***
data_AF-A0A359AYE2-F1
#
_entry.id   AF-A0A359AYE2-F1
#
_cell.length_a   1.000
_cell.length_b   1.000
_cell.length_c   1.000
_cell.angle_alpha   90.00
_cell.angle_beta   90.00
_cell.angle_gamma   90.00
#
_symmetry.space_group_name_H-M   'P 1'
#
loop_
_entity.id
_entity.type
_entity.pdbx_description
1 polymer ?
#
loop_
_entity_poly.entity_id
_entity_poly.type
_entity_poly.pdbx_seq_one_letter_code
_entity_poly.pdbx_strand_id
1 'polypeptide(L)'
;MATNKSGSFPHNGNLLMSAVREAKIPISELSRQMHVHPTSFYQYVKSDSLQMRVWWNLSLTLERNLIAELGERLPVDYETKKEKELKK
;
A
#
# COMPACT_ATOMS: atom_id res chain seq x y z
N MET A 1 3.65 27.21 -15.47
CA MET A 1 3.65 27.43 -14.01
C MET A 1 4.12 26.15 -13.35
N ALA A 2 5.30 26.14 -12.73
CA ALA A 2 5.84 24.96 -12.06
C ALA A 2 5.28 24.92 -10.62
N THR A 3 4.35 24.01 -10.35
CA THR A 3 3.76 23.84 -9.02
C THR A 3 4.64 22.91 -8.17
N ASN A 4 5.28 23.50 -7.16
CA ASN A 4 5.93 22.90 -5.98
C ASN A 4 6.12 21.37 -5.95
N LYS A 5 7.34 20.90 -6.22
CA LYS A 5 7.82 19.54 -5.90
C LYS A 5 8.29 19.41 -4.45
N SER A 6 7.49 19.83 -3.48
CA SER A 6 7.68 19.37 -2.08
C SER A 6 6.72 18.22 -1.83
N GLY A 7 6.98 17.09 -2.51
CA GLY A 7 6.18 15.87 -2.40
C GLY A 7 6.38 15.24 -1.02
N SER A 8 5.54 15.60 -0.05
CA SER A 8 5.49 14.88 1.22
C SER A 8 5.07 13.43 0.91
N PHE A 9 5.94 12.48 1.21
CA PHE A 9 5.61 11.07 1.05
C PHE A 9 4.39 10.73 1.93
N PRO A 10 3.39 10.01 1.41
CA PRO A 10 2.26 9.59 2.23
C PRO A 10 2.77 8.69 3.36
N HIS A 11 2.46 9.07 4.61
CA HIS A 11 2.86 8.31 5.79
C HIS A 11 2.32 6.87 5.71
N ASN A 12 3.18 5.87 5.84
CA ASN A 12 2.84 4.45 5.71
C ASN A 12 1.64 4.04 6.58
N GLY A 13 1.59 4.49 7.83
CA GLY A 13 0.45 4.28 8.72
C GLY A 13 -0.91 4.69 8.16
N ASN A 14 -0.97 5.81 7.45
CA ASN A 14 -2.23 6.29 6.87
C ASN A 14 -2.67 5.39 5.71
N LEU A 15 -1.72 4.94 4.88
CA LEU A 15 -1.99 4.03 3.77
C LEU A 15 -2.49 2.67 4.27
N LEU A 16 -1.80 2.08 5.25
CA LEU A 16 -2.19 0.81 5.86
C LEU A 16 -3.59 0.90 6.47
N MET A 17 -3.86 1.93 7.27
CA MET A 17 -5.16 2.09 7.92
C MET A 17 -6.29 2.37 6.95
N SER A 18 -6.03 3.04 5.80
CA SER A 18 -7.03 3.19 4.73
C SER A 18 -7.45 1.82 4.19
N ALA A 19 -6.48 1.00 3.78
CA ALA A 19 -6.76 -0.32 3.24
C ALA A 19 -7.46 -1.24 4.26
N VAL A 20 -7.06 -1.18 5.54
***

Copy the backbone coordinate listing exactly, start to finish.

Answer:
data_AF-A0A359AYE2-F1
#
_entry.id   AF-A0A359AYE2-F1
#
_cell.length_a   1.000
_cell.length_b   1.000
_cell.length_c   1.000
_cell.angle_alpha   90.00
_cell.angle_beta   90.00
_cell.angle_gamma   90.00
#
_symmetry.space_group_name_H-M   'P 1'
#
loop_
_entity.id
_entity.type
_entity.pdbx_description
1 polymer ?
#
loop_
_entity_poly.entity_id
_entity_poly.type
_entity_poly.pdbx_seq_one_letter_code
_entity_poly.pdbx_strand_id
1 'polypeptide(L)'
;MATNKSGSFPHNGNLLMSAVREAKIPISELSRQMHVHPTSFYQYVKSDSLQMRVWWNLSLTLERNLIAELGERLPVDYETKKEKELKK
;
A
#
# COMPACT_ATOMS: atom_id res chain seq x y z
N MET A 1 3.65 27.21 -15.47
CA MET A 1 3.65 27.43 -14.01
C MET A 1 4.12 26.15 -13.35
N ALA A 2 5.30 26.14 -12.73
CA ALA A 2 5.84 24.96 -12.06
C ALA A 2 5.28 24.92 -10.62
N THR A 3 4.35 24.01 -10.35
CA THR A 3 3.76 23.84 -9.02
C THR A 3 4.64 22.91 -8.17
N ASN A 4 5.28 23.50 -7.16
CA ASN A 4 5.93 22.90 -5.98
C ASN A 4 6.12 21.37 -5.95
N LYS A 5 7.34 20.90 -6.22
CA LYS A 5 7.82 19.54 -5.90
C LYS A 5 8.29 19.41 -4.45
N SER A 6 7.49 19.83 -3.48
CA SER A 6 7.68 19.37 -2.08
C SER A 6 6.72 18.22 -1.83
N GLY A 7 6.98 17.09 -2.51
CA GLY A 7 6.18 15.87 -2.40
C GLY A 7 6.38 15.24 -1.02
N SER A 8 5.54 15.60 -0.05
CA SER A 8 5.49 14.88 1.22
C SER A 8 5.07 13.43 0.91
N PHE A 9 5.94 12.48 1.21
CA PHE A 9 5.61 11.07 1.05
C PHE A 9 4.39 10.73 1.93
N PRO A 10 3.39 10.01 1.41
CA PRO A 10 2.26 9.59 2.23
C PRO A 10 2.77 8.69 3.36
N HIS A 11 2.46 9.07 4.61
CA HIS A 11 2.86 8.31 5.79
C HIS A 11 2.32 6.87 5.71
N ASN A 12 3.18 5.87 5.84
CA ASN A 12 2.84 4.45 5.71
C ASN A 12 1.64 4.04 6.58
N GLY A 13 1.59 4.49 7.83
CA GLY A 13 0.45 4.28 8.72
C GLY A 13 -0.91 4.69 8.16
N ASN A 14 -0.97 5.81 7.45
CA ASN A 14 -2.23 6.29 6.87
C ASN A 14 -2.67 5.39 5.71
N LEU A 15 -1.72 4.94 4.88
CA LEU A 15 -1.99 4.03 3.77
C LEU A 15 -2.49 2.67 4.27
N LEU A 16 -1.80 2.08 5.25
CA LEU A 16 -2.19 0.81 5.86
C LEU A 16 -3.59 0.90 6.47
N MET A 17 -3.86 1.93 7.27
CA MET A 17 -5.16 2.09 7.92
C MET A 17 -6.29 2.37 6.95
N SER A 18 -6.03 3.04 5.80
CA SER A 18 -7.03 3.19 4.73
C SER A 18 -7.45 1.82 4.19
N ALA A 19 -6.48 1.00 3.78
CA ALA A 19 -6.76 -0.32 3.24
C ALA A 19 -7.46 -1.24 4.26
N VAL A 20 -7.06 -1.18 5.54